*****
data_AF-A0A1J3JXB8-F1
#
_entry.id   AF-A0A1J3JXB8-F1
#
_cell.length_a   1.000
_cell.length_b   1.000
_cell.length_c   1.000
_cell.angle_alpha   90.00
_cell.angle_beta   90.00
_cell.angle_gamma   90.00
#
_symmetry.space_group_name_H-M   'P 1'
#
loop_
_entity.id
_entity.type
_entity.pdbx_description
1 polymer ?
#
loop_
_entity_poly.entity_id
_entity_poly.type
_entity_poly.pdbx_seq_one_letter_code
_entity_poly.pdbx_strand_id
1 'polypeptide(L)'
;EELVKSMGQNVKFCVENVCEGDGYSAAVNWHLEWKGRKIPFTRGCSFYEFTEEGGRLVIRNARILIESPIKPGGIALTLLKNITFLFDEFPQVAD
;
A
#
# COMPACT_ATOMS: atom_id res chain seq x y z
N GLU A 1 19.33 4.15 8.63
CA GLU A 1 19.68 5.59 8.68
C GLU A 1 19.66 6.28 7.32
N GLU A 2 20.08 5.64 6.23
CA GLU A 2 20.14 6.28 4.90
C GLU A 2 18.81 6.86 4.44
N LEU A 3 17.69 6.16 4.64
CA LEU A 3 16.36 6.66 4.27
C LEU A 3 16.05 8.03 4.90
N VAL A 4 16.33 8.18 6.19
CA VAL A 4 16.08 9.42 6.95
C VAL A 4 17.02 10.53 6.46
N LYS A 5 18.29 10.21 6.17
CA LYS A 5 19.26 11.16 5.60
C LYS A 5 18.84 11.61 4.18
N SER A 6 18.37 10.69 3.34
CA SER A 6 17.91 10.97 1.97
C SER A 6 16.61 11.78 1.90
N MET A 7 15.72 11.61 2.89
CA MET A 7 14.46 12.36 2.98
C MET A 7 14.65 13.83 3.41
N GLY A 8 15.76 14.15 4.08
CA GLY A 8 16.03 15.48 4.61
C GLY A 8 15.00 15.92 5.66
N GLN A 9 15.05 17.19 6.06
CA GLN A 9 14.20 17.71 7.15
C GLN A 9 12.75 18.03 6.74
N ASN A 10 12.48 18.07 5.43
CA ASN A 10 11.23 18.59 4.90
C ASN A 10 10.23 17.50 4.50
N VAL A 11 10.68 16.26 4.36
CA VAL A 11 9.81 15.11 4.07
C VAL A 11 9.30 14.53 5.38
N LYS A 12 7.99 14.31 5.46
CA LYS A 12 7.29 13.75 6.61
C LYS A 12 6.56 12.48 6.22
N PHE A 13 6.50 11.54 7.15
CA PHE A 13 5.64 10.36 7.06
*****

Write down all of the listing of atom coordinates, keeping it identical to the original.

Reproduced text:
data_AF-A0A1J3JXB8-F1
#
_entry.id   AF-A0A1J3JXB8-F1
#
_cell.length_a   1.000
_cell.length_b   1.000
_cell.length_c   1.000
_cell.angle_alpha   90.00
_cell.angle_beta   90.00
_cell.angle_gamma   90.00
#
_symmetry.space_group_name_H-M   'P 1'
#
loop_
_entity.id
_entity.type
_entity.pdbx_description
1 polymer ?
#
loop_
_entity_poly.entity_id
_entity_poly.type
_entity_poly.pdbx_seq_one_letter_code
_entity_poly.pdbx_strand_id
1 'polypeptide(L)'
;EELVKSMGQNVKFCVENVCEGDGYSAAVNWHLEWKGRKIPFTRGCSFYEFTEEGGRLVIRNARILIESPIKPGGIALTLLKNITFLFDEFPQVAD
;
A
#
# COMPACT_ATOMS: atom_id res chain seq x y z
N GLU A 1 19.33 4.15 8.63
CA GLU A 1 19.68 5.59 8.68
C GLU A 1 19.66 6.28 7.32
N GLU A 2 20.08 5.64 6.23
CA GLU A 2 20.14 6.28 4.90
C GLU A 2 18.81 6.86 4.44
N LEU A 3 17.69 6.16 4.64
CA LEU A 3 16.36 6.66 4.27
C LEU A 3 16.05 8.03 4.90
N VAL A 4 16.33 8.18 6.19
CA VAL A 4 16.08 9.42 6.95
C VAL A 4 17.02 10.53 6.46
N LYS A 5 18.29 10.21 6.17
CA LYS A 5 19.26 11.16 5.60
C LYS A 5 18.84 11.61 4.18
N SER A 6 18.37 10.69 3.34
CA SER A 6 17.91 10.97 1.97
C SER A 6 16.61 11.78 1.90
N MET A 7 15.72 11.61 2.89
CA MET A 7 14.46 12.36 2.98
C MET A 7 14.65 13.83 3.41
N GLY A 8 15.76 14.15 4.08
CA GLY A 8 16.03 15.48 4.61
C GLY A 8 15.00 15.92 5.66
N GLN A 9 15.05 17.19 6.06
CA GLN A 9 14.20 17.71 7.15
C GLN A 9 12.75 18.03 6.74
N ASN A 10 12.48 18.07 5.43
CA ASN A 10 11.23 18.59 4.90
C ASN A 10 10.23 17.50 4.50
N VAL A 11 10.68 16.26 4.36
CA VAL A 11 9.81 15.11 4.07
C VAL A 11 9.30 14.53 5.38
N LYS A 12 7.99 14.31 5.46
CA LYS A 12 7.29 13.75 6.61
C LYS A 12 6.56 12.48 6.22
N PHE A 13 6.50 11.54 7.15
CA PHE A 13 5.64 10.36 7.06